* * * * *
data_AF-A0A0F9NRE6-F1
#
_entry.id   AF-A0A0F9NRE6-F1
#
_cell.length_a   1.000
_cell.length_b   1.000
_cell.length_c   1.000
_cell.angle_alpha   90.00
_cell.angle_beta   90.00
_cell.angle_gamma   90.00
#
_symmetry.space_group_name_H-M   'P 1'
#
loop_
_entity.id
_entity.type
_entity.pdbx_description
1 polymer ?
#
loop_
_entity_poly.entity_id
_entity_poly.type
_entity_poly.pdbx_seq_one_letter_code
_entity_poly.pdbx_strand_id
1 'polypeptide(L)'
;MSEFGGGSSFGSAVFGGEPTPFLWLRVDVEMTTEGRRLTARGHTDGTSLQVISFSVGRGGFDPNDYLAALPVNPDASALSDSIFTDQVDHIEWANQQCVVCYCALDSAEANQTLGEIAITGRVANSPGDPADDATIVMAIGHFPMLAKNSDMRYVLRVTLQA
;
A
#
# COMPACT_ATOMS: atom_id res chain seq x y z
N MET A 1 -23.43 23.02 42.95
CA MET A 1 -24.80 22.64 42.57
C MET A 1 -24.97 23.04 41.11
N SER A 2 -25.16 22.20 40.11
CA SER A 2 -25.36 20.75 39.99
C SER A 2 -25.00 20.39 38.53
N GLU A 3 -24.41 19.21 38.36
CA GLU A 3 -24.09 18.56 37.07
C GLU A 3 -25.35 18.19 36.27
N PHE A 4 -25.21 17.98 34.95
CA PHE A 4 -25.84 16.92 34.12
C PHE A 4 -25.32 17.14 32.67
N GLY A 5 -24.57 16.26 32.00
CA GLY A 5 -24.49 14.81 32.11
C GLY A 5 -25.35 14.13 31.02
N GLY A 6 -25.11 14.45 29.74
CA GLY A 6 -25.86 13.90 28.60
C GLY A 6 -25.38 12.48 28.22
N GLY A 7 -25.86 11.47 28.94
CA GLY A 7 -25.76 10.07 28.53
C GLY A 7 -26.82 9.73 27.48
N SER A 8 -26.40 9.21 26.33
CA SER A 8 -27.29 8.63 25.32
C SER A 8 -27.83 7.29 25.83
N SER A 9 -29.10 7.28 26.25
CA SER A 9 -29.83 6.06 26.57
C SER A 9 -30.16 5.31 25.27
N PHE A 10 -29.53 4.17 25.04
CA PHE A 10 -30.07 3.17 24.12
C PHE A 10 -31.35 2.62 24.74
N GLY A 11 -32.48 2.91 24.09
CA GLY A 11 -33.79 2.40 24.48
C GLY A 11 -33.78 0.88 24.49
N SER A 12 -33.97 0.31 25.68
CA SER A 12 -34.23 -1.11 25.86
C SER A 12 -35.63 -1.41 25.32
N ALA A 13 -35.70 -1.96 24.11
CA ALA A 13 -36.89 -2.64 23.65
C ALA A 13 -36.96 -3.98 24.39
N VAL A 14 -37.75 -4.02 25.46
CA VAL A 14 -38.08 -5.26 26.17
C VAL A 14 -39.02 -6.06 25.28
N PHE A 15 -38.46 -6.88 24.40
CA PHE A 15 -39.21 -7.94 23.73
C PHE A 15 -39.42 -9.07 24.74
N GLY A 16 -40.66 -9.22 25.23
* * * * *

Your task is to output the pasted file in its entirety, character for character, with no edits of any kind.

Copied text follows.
data_AF-A0A0F9NRE6-F1
#
_entry.id   AF-A0A0F9NRE6-F1
#
_cell.length_a   1.000
_cell.length_b   1.000
_cell.length_c   1.000
_cell.angle_alpha   90.00
_cell.angle_beta   90.00
_cell.angle_gamma   90.00
#
_symmetry.space_group_name_H-M   'P 1'
#
loop_
_entity.id
_entity.type
_entity.pdbx_description
1 polymer ?
#
loop_
_entity_poly.entity_id
_entity_poly.type
_entity_poly.pdbx_seq_one_letter_code
_entity_poly.pdbx_strand_id
1 'polypeptide(L)'
;MSEFGGGSSFGSAVFGGEPTPFLWLRVDVEMTTEGRRLTARGHTDGTSLQVISFSVGRGGFDPNDYLAALPVNPDASALSDSIFTDQVDHIEWANQQCVVCYCALDSAEANQTLGEIAITGRVANSPGDPADDATIVMAIGHFPMLAKNSDMRYVLRVTLQA
;
A
#
# COMPACT_ATOMS: atom_id res chain seq x y z
N MET A 1 -23.43 23.02 42.95
CA MET A 1 -24.80 22.64 42.57
C MET A 1 -24.97 23.04 41.11
N SER A 2 -25.16 22.20 40.11
CA SER A 2 -25.36 20.75 39.99
C SER A 2 -25.00 20.39 38.53
N GLU A 3 -24.41 19.21 38.36
CA GLU A 3 -24.09 18.56 37.07
C GLU A 3 -25.35 18.19 36.27
N PHE A 4 -25.21 17.98 34.95
CA PHE A 4 -25.84 16.92 34.12
C PHE A 4 -25.32 17.14 32.67
N GLY A 5 -24.57 16.26 32.00
CA GLY A 5 -24.49 14.81 32.11
C GLY A 5 -25.35 14.13 31.02
N GLY A 6 -25.11 14.45 29.74
CA GLY A 6 -25.86 13.90 28.60
C GLY A 6 -25.38 12.48 28.22
N GLY A 7 -25.86 11.47 28.94
CA GLY A 7 -25.76 10.07 28.53
C GLY A 7 -26.82 9.73 27.48
N SER A 8 -26.40 9.21 26.33
CA SER A 8 -27.29 8.63 25.32
C SER A 8 -27.83 7.29 25.83
N SER A 9 -29.10 7.28 26.25
CA SER A 9 -29.83 6.06 26.57
C SER A 9 -30.16 5.31 25.27
N PHE A 10 -29.53 4.17 25.04
CA PHE A 10 -30.07 3.17 24.12
C PHE A 10 -31.35 2.62 24.74
N GLY A 11 -32.48 2.91 24.09
CA GLY A 11 -33.79 2.40 24.48
C GLY A 11 -33.78 0.88 24.49
N SER A 12 -33.97 0.31 25.68
CA SER A 12 -34.23 -1.11 25.86
C SER A 12 -35.63 -1.41 25.32
N ALA A 13 -35.70 -1.96 24.11
CA ALA A 13 -36.89 -2.64 23.65
C ALA A 13 -36.96 -3.98 24.39
N VAL A 14 -37.75 -4.02 25.46
CA VAL A 14 -38.08 -5.26 26.17
C VAL A 14 -39.02 -6.06 25.28
N PHE A 15 -38.46 -6.88 24.40
CA PHE A 15 -39.21 -7.94 23.73
C PHE A 15 -39.42 -9.07 24.74
N GLY A 16 -40.66 -9.22 25.23